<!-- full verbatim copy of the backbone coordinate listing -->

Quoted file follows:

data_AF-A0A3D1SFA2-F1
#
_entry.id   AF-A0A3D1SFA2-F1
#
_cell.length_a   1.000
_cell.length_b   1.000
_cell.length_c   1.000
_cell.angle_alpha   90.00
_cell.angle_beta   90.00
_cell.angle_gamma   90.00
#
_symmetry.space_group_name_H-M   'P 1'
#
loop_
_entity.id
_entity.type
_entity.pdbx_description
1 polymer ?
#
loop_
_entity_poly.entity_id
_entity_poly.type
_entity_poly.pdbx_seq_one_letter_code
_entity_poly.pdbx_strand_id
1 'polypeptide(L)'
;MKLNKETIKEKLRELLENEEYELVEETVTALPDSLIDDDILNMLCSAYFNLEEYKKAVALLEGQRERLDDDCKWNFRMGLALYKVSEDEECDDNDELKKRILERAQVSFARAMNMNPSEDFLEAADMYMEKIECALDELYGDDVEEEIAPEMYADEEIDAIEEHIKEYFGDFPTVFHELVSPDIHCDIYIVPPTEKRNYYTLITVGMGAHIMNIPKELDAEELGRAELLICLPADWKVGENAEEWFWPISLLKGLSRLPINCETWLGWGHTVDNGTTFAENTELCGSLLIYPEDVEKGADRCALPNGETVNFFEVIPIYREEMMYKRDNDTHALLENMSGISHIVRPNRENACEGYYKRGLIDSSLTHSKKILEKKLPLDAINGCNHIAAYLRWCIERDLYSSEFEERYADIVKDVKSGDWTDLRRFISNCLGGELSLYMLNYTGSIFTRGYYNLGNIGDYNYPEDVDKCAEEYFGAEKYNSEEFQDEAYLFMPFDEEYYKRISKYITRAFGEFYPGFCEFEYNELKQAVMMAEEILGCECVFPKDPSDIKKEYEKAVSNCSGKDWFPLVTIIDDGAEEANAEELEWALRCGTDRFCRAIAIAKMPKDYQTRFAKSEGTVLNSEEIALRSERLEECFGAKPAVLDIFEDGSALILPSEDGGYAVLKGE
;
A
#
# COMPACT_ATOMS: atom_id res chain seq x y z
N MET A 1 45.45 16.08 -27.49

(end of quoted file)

data_AF-A0A3D1SFA2-F1
#
_entry.id   AF-A0A3D1SFA2-F1
#
_cell.length_a   1.000
_cell.length_b   1.000
_cell.length_c   1.000
_cell.angle_alpha   90.00
_cell.angle_beta   90.00
_cell.angle_gamma   90.00
#
_symmetry.space_group_name_H-M   'P 1'
#
loop_
_entity.id
_entity.type
_entity.pdbx_description
1 polymer ?
#
loop_
_entity_poly.entity_id
_entity_poly.type
_entity_poly.pdbx_seq_one_letter_code
_entity_poly.pdbx_strand_id
1 'polypeptide(L)'
;MKLNKETIKEKLRELLENEEYELVEETVTALPDSLIDDDILNMLCSAYFNLEEYKKAVALLEGQRERLDDDCKWNFRMGLALYKVSEDEECDDNDELKKRILERAQVSFARAMNMNPSEDFLEAADMYMEKIECALDELYGDDVEEEIAPEMYADEEIDAIEEHIKEYFGDFPTVFHELVSPDIHCDIYIVPPTEKRNYYTLITVGMGAHIMNIPKELDAEELGRAELLICLPADWKVGENAEEWFWPISLLKGLSRLPINCETWLGWGHTVDNGTTFAENTELCGSLLIYPEDVEKGADRCALPNGETVNFFEVIPIYREEMMYKRDNDTHALLENMSGISHIVRPNRENACEGYYKRGLIDSSLTHSKKILEKKLPLDAINGCNHIAAYLRWCIERDLYSSEFEERYADIVKDVKSGDWTDLRRFISNCLGGELSLYMLNYTGSIFTRGYYNLGNIGDYNYPEDVDKCAEEYFGAEKYNSEEFQDEAYLFMPFDEEYYKRISKYITRAFGEFYPGFCEFEYNELKQAVMMAEEILGCECVFPKDPSDIKKEYEKAVSNCSGKDWFPLVTIIDDGAEEANAEELEWALRCGTDRFCRAIAIAKMPKDYQTRFAKSEGTVLNSEEIALRSERLEECFGAKPAVLDIFEDGSALILPSEDGGYAVLKGE
;
A
#
# COMPACT_ATOMS: atom_id res chain seq x y z
N MET A 1 45.45 16.08 -27.49